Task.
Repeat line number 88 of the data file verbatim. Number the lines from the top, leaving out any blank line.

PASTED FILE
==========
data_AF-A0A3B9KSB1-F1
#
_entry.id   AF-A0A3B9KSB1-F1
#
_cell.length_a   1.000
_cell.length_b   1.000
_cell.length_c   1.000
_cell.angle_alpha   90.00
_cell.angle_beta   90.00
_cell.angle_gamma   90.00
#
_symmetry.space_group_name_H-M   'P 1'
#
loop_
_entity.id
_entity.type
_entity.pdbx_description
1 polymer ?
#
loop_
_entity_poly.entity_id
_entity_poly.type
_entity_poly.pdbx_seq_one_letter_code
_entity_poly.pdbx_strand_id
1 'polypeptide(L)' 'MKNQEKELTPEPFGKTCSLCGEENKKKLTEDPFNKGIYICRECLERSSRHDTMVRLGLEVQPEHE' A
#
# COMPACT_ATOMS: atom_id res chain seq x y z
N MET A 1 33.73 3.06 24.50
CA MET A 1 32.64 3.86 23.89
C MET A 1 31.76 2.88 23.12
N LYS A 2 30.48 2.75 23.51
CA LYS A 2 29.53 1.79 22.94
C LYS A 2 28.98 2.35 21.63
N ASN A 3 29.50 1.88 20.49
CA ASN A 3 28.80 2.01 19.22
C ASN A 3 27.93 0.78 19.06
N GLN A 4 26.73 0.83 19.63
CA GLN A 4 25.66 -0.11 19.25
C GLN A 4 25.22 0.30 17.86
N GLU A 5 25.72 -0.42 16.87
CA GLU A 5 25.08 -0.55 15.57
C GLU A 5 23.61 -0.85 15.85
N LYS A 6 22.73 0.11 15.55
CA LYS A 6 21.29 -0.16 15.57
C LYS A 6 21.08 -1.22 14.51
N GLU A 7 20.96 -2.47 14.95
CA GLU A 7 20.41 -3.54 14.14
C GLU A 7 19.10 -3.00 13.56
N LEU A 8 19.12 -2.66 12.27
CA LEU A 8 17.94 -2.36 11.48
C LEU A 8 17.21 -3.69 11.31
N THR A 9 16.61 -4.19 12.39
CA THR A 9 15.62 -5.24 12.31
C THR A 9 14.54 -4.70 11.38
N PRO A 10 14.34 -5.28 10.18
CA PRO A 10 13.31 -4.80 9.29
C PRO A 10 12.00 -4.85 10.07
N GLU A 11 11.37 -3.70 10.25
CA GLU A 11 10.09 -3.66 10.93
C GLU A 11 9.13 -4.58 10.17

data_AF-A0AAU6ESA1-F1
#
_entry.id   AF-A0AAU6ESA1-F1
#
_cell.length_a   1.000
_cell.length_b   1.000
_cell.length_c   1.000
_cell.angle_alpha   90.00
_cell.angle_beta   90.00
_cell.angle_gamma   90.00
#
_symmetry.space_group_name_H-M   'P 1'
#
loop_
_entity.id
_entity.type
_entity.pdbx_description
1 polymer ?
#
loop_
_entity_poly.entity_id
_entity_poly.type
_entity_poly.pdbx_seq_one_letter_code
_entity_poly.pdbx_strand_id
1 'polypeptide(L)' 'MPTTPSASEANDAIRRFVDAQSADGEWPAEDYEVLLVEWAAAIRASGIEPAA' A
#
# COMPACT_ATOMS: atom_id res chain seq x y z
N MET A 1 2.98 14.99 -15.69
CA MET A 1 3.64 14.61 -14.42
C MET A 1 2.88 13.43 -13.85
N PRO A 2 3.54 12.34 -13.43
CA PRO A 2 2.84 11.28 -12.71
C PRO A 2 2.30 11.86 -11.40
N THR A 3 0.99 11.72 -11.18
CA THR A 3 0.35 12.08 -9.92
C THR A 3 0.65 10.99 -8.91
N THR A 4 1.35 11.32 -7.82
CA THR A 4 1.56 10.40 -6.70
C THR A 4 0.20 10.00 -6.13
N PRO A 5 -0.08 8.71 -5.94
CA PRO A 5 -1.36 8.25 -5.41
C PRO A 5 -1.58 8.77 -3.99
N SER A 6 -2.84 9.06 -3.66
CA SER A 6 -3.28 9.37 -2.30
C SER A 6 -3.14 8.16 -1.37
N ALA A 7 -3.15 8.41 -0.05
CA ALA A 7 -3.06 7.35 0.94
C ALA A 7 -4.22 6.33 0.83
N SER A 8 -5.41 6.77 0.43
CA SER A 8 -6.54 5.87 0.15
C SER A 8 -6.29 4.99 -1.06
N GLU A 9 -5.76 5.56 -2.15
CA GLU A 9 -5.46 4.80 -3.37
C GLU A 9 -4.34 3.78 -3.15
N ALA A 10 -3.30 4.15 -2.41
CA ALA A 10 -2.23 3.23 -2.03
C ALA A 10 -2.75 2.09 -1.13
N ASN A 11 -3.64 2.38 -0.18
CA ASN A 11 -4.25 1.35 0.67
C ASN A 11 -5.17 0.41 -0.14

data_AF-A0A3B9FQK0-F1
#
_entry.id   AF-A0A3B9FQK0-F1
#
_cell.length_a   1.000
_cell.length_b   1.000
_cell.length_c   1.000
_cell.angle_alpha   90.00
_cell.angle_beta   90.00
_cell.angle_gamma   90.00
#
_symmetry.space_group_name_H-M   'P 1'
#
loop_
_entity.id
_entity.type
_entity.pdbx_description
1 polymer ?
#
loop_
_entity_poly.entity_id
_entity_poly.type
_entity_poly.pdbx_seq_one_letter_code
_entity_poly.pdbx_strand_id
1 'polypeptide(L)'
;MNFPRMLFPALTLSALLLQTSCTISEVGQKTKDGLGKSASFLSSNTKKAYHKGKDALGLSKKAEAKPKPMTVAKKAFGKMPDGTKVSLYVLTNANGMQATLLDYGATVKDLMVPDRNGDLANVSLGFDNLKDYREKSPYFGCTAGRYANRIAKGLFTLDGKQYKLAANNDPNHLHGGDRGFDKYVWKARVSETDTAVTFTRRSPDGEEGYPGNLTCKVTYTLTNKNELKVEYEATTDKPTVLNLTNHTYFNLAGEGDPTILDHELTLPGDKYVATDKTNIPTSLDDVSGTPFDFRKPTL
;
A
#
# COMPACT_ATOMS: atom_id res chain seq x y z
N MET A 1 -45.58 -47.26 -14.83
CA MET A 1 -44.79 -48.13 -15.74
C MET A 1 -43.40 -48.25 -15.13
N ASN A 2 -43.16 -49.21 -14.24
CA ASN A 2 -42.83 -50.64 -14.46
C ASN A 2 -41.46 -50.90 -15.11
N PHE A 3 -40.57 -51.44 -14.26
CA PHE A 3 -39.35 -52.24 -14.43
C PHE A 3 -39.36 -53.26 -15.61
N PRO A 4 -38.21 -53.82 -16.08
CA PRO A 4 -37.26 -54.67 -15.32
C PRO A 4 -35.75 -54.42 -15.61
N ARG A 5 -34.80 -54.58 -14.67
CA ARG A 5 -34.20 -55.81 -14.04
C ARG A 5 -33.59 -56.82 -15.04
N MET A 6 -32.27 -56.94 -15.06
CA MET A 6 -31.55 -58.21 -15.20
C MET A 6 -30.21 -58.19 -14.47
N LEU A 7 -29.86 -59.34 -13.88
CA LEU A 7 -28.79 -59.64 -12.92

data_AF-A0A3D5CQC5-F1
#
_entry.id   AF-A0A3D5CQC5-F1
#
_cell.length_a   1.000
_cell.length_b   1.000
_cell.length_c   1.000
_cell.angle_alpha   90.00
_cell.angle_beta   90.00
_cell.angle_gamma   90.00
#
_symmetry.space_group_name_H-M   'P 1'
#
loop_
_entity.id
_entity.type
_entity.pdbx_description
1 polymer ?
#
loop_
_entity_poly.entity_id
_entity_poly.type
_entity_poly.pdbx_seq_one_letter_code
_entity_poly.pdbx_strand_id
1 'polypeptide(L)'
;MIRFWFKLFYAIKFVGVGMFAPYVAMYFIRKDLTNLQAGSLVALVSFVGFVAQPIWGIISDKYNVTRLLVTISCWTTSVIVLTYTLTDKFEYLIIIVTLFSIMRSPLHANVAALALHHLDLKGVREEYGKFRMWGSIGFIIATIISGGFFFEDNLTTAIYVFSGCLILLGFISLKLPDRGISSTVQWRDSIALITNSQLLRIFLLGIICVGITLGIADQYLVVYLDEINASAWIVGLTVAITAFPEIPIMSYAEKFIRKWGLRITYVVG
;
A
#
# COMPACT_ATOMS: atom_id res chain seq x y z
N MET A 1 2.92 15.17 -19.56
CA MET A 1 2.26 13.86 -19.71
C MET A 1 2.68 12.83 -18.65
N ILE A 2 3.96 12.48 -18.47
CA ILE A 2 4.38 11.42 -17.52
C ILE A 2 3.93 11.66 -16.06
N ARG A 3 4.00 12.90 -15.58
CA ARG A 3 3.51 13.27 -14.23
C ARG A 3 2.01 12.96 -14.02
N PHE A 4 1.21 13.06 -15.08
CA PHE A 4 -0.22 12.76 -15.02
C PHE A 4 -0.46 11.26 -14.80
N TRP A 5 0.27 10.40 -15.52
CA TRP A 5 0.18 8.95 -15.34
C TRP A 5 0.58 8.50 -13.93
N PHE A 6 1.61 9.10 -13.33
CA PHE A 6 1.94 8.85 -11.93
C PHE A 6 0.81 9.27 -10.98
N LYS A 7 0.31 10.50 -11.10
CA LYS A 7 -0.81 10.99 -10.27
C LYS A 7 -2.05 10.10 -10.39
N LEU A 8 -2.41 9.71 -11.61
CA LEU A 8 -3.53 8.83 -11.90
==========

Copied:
N MET A 1 2.98 14.99 -15.69